Question about Cars & Trucks
Drive down to the nearest auto spares shop or dealer service centre and have the CPU reset using a code reader.
Posted on Feb 15, 2014
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Posted on Jan 02, 2017
Hello, Sometimes you have to drive 20, 30 minutes or more before the computer loses the code and resets unless you still have a problem
I hope this was helpful.
Posted on Feb 07, 2009
SOURCE: will not pass emissions test
the light is an emissions code in there sometimes its a oxygen sensor or the egr valve gets clogged in hondas...you need to retrieve the code to narrow the problem down
Posted on May 13, 2009
Under the hood, there is a fuse block. I believe it is on the driver's side of your vehicle. Open that box, and pull the "ECU" fuse. Leave the fuse out for at least 5 minutes. Put the fuse back in, start the car, and let it idle for at least another 5 minutes. Do not drive the car, touch the gas, or even look at the gas pedal for these 5 minutes, as the ECU is remapping itself. This will properly reset the ecu and clear the codes. After this you may drive the car.
Posted on May 28, 2009
SOURCE: OBII readness "not ready"
what kind of car is it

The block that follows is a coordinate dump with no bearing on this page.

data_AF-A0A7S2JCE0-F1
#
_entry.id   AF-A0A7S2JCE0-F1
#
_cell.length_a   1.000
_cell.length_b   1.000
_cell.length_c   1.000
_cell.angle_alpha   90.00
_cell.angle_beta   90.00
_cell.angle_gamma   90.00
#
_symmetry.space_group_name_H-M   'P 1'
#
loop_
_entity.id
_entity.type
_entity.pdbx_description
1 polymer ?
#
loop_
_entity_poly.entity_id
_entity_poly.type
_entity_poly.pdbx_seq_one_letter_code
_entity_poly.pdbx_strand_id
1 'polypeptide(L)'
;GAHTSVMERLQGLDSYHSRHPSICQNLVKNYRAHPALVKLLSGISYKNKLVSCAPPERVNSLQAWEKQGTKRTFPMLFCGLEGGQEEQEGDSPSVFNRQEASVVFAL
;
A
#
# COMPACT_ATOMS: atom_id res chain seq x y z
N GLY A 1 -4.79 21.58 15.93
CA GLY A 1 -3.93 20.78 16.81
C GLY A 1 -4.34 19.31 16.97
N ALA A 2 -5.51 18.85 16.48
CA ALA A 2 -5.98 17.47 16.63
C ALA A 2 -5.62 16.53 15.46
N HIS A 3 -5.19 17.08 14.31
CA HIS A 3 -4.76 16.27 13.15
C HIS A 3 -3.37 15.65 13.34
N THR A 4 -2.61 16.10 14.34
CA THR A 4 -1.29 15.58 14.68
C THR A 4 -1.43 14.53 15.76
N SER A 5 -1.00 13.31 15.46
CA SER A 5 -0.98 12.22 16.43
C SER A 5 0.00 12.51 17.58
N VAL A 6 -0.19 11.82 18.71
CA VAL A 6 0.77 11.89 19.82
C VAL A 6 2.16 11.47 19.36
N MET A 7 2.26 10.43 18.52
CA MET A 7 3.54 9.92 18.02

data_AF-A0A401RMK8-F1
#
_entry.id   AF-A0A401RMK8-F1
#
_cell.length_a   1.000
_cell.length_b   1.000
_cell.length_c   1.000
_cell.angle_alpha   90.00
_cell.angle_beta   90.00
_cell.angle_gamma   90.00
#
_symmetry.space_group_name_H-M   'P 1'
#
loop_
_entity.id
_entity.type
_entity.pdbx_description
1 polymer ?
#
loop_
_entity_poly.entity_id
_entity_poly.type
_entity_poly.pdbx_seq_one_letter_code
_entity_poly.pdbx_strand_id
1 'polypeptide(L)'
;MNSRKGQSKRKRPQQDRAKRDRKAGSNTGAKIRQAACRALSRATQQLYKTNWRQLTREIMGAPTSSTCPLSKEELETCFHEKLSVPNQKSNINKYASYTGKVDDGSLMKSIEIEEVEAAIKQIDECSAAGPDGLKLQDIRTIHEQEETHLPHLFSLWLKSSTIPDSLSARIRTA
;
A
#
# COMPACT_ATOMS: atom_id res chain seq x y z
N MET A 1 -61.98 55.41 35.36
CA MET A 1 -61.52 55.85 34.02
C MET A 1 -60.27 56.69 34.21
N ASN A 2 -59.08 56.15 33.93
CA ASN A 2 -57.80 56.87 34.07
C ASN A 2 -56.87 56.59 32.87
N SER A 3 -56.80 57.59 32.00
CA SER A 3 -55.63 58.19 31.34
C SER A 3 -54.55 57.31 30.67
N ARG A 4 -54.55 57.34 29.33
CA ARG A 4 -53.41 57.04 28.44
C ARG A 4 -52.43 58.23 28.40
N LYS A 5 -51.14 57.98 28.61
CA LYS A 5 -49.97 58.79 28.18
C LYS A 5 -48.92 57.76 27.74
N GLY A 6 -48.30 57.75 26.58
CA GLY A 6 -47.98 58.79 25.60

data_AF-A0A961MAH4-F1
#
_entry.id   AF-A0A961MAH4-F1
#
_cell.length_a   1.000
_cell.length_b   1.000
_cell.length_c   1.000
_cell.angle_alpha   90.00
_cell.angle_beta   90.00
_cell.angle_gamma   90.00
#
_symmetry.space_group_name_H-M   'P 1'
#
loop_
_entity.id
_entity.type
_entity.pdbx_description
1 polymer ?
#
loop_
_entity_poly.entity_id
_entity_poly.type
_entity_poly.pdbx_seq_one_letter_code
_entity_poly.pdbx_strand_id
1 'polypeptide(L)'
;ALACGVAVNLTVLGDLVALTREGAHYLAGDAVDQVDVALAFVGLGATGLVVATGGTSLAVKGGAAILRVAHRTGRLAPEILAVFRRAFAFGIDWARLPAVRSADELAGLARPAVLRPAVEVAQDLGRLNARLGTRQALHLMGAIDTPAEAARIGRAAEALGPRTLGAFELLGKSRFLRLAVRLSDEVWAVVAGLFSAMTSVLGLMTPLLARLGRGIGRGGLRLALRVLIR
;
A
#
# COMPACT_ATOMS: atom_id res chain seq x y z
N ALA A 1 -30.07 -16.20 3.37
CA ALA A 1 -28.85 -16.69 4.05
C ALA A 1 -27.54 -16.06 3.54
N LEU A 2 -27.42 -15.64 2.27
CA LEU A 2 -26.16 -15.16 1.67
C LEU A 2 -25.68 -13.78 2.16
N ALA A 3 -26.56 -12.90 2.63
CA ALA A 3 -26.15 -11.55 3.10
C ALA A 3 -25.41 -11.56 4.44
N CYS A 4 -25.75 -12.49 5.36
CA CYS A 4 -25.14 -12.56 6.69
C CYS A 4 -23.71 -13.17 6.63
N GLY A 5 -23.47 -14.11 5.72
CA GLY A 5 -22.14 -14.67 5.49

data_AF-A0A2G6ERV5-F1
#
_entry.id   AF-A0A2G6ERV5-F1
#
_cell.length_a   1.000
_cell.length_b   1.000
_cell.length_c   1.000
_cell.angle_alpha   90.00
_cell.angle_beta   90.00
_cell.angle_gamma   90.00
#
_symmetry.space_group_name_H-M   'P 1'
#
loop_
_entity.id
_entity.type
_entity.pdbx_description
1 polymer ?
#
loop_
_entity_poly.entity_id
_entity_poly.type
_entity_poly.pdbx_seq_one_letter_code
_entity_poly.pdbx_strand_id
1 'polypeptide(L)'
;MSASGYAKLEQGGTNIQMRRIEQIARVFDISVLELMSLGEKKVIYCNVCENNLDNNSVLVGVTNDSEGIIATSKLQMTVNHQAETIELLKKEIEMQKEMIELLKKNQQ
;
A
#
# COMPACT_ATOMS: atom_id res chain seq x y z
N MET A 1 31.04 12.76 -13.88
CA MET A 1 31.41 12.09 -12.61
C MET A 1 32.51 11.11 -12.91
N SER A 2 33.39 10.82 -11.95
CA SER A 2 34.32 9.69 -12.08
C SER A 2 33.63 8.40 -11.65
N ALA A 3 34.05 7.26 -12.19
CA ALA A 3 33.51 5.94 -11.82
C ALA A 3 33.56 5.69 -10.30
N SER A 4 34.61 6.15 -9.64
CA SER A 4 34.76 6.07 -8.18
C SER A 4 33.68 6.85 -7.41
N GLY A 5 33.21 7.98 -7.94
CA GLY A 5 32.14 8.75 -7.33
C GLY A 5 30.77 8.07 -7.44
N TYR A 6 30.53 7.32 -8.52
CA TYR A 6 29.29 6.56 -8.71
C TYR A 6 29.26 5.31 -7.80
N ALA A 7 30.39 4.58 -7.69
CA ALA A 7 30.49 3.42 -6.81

some cars montier take
a while to get ready
try driving on the freeway, if it's doesn't get ready
then try driving in the city, some montier get ready
if the car is driven in the city stop and go
Posted on Jul 30, 2009
Tips for a great answer:
Dec 12, 2016 | 2011 Mazda 3
Feb 15, 2014 | 2003 Kia Sorento
Jul 07, 2017 | 2004 Kia Sorento
A service technician will
turn off the dashboard "check engine" light after most repairs. This
resets the vehicle's emission system components to "not ready". The
status remains "not ready" until the vehicle's computer has had adequate
time to review the repaired component. This happens after the vehicle
is driven for a period of time established by the manufacturer.
If the vehicle's emissions system status is "not ready" when it is presented at the E-Check station during the initial test cycle,
a tailpipe emissions test may be conducted. If the vehicle is
transferred to another test type, the vehicle must remain on the
different test track until the vehicle passes the emissions test or
receives a waiver. For example, if the vehicle undergoes an OBD II test
and fails, it cannot be downgraded to a tailpipe test on a re-test; the
vehicle must pass the OBD II test.
For initial and subsequent tests, if a dashboard light is on when the vehicle is presented at the E-Check station, the vehicle will fail the test.
How can the vehicle status be made ready?
When a vehicle is driven through its normal drive cycle, the computer reviews the emission control
system and if the vehicle was properly repaired, the system resets itself to ready. A normal drive
cycle includes operation at both cruising speeds and in stop-and-go traffic for up to a couple
weeks. This process should be followed before bringing the vehicle in to be tested.
May 25, 2011 | 1999 Plymouth Voyager
Oct 22, 2010 | 2004 Kia Rio
May 28, 2009 | Hyundai Motor 2004 Sonata
Feb 09, 2009 | 1996 Chevrolet Blazer
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